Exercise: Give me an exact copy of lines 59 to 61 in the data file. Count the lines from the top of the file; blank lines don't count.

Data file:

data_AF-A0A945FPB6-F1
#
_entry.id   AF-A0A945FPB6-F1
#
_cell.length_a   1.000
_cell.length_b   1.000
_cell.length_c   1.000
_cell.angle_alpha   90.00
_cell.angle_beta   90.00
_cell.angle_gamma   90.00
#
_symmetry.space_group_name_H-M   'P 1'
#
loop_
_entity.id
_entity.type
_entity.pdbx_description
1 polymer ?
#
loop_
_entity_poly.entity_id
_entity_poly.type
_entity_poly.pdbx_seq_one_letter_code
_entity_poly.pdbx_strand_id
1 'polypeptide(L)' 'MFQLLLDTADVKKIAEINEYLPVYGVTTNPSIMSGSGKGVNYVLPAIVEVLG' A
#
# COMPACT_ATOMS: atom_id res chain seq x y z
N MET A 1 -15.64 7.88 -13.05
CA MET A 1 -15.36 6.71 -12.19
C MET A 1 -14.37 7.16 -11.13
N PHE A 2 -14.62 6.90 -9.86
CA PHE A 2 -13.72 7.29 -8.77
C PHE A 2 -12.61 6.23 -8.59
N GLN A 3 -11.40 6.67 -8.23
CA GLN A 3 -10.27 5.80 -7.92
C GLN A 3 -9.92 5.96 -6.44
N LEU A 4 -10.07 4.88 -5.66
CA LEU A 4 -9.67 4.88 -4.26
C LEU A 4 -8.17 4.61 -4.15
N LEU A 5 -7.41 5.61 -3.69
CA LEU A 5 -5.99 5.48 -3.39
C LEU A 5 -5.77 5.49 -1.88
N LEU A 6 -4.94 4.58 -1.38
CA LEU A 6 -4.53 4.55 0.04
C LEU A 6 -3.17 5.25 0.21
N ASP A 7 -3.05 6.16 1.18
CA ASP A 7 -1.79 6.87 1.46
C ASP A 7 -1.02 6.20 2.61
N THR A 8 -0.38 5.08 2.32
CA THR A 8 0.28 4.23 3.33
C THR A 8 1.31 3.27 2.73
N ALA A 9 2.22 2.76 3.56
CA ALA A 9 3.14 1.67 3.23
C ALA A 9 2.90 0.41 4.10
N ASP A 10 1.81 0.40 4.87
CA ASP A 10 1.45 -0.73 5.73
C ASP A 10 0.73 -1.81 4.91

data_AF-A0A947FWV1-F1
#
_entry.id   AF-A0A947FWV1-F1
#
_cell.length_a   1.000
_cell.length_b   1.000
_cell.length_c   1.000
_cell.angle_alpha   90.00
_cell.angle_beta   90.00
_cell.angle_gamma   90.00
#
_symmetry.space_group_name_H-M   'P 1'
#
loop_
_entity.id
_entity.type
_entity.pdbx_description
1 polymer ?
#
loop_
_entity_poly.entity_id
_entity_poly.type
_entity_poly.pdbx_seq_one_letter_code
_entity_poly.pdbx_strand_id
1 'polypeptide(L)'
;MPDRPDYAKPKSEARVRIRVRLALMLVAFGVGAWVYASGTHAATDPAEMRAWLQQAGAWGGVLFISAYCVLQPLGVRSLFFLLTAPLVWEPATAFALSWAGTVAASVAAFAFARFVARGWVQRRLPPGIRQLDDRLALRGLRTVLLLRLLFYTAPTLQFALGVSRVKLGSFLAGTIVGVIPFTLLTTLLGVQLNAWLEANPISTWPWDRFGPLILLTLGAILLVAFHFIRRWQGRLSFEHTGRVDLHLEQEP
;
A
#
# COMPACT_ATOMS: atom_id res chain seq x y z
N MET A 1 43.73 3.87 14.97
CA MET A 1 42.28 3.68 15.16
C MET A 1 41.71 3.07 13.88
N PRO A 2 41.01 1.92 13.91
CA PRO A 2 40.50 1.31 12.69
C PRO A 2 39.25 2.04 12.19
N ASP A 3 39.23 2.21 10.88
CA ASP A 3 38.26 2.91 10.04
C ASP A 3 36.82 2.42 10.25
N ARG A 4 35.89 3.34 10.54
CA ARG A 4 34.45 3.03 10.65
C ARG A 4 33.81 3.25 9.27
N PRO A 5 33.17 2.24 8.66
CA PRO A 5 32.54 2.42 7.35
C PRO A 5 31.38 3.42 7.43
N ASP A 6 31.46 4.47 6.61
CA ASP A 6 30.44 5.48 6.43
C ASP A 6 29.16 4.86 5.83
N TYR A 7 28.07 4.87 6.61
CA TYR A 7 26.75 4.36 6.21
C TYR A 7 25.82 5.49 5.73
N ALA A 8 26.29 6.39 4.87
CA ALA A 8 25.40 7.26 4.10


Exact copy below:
#
_entry.id   AF-A0A947FWV1-F1
#